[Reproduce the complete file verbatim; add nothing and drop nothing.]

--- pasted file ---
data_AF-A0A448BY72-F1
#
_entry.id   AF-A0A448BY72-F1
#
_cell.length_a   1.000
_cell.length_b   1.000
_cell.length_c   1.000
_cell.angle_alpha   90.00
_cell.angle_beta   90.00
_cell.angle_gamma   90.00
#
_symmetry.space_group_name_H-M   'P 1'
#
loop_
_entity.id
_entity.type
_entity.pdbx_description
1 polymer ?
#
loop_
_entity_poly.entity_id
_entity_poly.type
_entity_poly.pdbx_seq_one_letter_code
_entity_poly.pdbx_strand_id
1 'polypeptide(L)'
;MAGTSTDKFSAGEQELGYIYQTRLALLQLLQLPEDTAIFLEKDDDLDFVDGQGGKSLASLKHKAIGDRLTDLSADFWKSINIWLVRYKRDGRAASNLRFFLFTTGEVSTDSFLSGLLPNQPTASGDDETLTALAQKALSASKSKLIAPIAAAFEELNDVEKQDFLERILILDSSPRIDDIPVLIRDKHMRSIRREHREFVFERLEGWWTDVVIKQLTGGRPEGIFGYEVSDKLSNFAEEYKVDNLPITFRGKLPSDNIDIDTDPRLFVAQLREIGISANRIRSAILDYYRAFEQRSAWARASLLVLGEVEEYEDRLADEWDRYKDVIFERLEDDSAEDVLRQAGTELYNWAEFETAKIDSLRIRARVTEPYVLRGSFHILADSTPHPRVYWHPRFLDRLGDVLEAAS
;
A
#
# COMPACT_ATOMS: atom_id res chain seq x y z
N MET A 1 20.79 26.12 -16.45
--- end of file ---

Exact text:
data_AF-A0A448BY72-F1
#
_entry.id   AF-A0A448BY72-F1
#
_cell.length_a   1.000
_cell.length_b   1.000
_cell.length_c   1.000
_cell.angle_alpha   90.00
_cell.angle_beta   90.00
_cell.angle_gamma   90.00
#
_symmetry.space_group_name_H-M   'P 1'
#
loop_
_entity.id
_entity.type
_entity.pdbx_description
1 polymer ?
#
loop_
_entity_poly.entity_id
_entity_poly.type
_entity_poly.pdbx_seq_one_letter_code
_entity_poly.pdbx_strand_id
1 'polypeptide(L)'
;MAGTSTDKFSAGEQELGYIYQTRLALLQLLQLPEDTAIFLEKDDDLDFVDGQGGKSLASLKHKAIGDRLTDLSADFWKSINIWLVRYKRDGRAASNLRFFLFTTGEVSTDSFLSGLLPNQPTASGDDETLTALAQKALSASKSKLIAPIAAAFEELNDVEKQDFLERILILDSSPRIDDIPVLIRDKHMRSIRREHREFVFERLEGWWTDVVIKQLTGGRPEGIFGYEVSDKLSNFAEEYKVDNLPITFRGKLPSDNIDIDTDPRLFVAQLREIGISANRIRSAILDYYRAFEQRSAWARASLLVLGEVEEYEDRLADEWDRYKDVIFERLEDDSAEDVLRQAGTELYNWAEFETAKIDSLRIRARVTEPYVLRGSFHILADSTPHPRVYWHPRFLDRLGDVLEAAS
;
A
#
# COMPACT_ATOMS: atom_id res chain seq x y z
N MET A 1 20.79 26.12 -16.45